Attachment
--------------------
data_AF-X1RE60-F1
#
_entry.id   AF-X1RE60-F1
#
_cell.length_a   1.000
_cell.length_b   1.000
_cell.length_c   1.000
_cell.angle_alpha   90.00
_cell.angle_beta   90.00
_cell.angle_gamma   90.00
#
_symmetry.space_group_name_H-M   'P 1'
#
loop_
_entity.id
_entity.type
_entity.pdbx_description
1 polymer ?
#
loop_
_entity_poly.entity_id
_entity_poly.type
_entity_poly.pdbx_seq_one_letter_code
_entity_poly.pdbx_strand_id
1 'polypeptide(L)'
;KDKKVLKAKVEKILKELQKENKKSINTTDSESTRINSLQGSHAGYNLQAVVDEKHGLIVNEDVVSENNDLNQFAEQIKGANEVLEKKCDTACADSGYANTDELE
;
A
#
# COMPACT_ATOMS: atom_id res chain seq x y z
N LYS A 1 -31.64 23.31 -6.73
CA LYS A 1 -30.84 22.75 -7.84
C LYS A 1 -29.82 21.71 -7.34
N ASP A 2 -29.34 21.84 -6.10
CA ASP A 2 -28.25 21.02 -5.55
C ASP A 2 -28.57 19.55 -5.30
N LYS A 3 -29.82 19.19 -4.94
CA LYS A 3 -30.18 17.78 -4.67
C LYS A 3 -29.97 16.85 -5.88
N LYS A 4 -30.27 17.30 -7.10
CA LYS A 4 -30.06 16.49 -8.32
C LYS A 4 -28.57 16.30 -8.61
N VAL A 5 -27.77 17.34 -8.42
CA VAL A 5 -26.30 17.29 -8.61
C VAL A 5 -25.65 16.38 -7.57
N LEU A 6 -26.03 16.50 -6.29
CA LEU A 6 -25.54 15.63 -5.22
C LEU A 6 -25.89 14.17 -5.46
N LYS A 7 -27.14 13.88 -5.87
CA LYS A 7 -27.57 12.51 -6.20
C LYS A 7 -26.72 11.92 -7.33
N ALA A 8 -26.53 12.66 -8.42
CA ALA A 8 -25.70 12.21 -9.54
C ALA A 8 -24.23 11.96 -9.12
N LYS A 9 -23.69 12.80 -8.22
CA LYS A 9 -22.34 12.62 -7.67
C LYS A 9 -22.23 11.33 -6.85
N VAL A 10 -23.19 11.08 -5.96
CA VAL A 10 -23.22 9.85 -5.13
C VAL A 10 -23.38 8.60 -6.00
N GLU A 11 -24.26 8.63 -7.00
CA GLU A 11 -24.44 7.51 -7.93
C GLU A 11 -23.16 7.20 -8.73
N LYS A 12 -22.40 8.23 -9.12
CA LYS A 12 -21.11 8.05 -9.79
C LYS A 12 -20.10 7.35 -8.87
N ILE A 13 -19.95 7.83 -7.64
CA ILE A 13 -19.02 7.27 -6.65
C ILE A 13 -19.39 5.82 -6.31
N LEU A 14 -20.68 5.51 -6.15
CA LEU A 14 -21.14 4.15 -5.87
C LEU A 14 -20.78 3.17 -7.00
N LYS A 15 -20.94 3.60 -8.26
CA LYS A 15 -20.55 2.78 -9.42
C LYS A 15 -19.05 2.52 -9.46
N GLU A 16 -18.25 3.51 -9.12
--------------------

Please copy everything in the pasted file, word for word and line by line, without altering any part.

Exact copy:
data_AF-X1RE60-F1
#
_entry.id   AF-X1RE60-F1
#
_cell.length_a   1.000
_cell.length_b   1.000
_cell.length_c   1.000
_cell.angle_alpha   90.00
_cell.angle_beta   90.00
_cell.angle_gamma   90.00
#
_symmetry.space_group_name_H-M   'P 1'
#
loop_
_entity.id
_entity.type
_entity.pdbx_description
1 polymer ?
#
loop_
_entity_poly.entity_id
_entity_poly.type
_entity_poly.pdbx_seq_one_letter_code
_entity_poly.pdbx_strand_id
1 'polypeptide(L)'
;KDKKVLKAKVEKILKELQKENKKSINTTDSESTRINSLQGSHAGYNLQAVVDEKHGLIVNEDVVSENNDLNQFAEQIKGANEVLEKKCDTACADSGYANTDELE
;
A
#
# COMPACT_ATOMS: atom_id res chain seq x y z
N LYS A 1 -31.64 23.31 -6.73
CA LYS A 1 -30.84 22.75 -7.84
C LYS A 1 -29.82 21.71 -7.34
N ASP A 2 -29.34 21.84 -6.10
CA ASP A 2 -28.25 21.02 -5.55
C ASP A 2 -28.57 19.55 -5.30
N LYS A 3 -29.82 19.19 -4.94
CA LYS A 3 -30.18 17.78 -4.67
C LYS A 3 -29.97 16.85 -5.88
N LYS A 4 -30.27 17.30 -7.10
CA LYS A 4 -30.06 16.49 -8.32
C LYS A 4 -28.57 16.30 -8.61
N VAL A 5 -27.77 17.34 -8.42
CA VAL A 5 -26.30 17.29 -8.61
C VAL A 5 -25.65 16.38 -7.57
N LEU A 6 -26.03 16.50 -6.29
CA LEU A 6 -25.54 15.63 -5.22
C LEU A 6 -25.89 14.17 -5.46
N LYS A 7 -27.14 13.88 -5.87
CA LYS A 7 -27.57 12.51 -6.20
C LYS A 7 -26.72 11.92 -7.33
N ALA A 8 -26.53 12.66 -8.42
CA ALA A 8 -25.70 12.21 -9.54
C ALA A 8 -24.23 11.96 -9.12
N LYS A 9 -23.69 12.80 -8.22
CA LYS A 9 -22.34 12.62 -7.67
C LYS A 9 -22.23 11.33 -6.85
N VAL A 10 -23.19 11.08 -5.96
CA VAL A 10 -23.22 9.85 -5.13
C VAL A 10 -23.38 8.60 -6.00
N GLU A 11 -24.26 8.63 -7.00
CA GLU A 11 -24.44 7.51 -7.93
C GLU A 11 -23.16 7.20 -8.73
N LYS A 12 -22.40 8.23 -9.12
CA LYS A 12 -21.11 8.05 -9.79
C LYS A 12 -20.10 7.35 -8.87
N ILE A 13 -19.95 7.83 -7.64
CA ILE A 13 -19.02 7.27 -6.65
C ILE A 13 -19.39 5.82 -6.31
N LEU A 14 -20.68 5.51 -6.15
CA LEU A 14 -21.14 4.15 -5.87
C LEU A 14 -20.78 3.17 -7.00
N LYS A 15 -20.94 3.60 -8.26
CA LYS A 15 -20.55 2.78 -9.42
C LYS A 15 -19.05 2.52 -9.46
N GLU A 16 -18.25 3.51 -9.12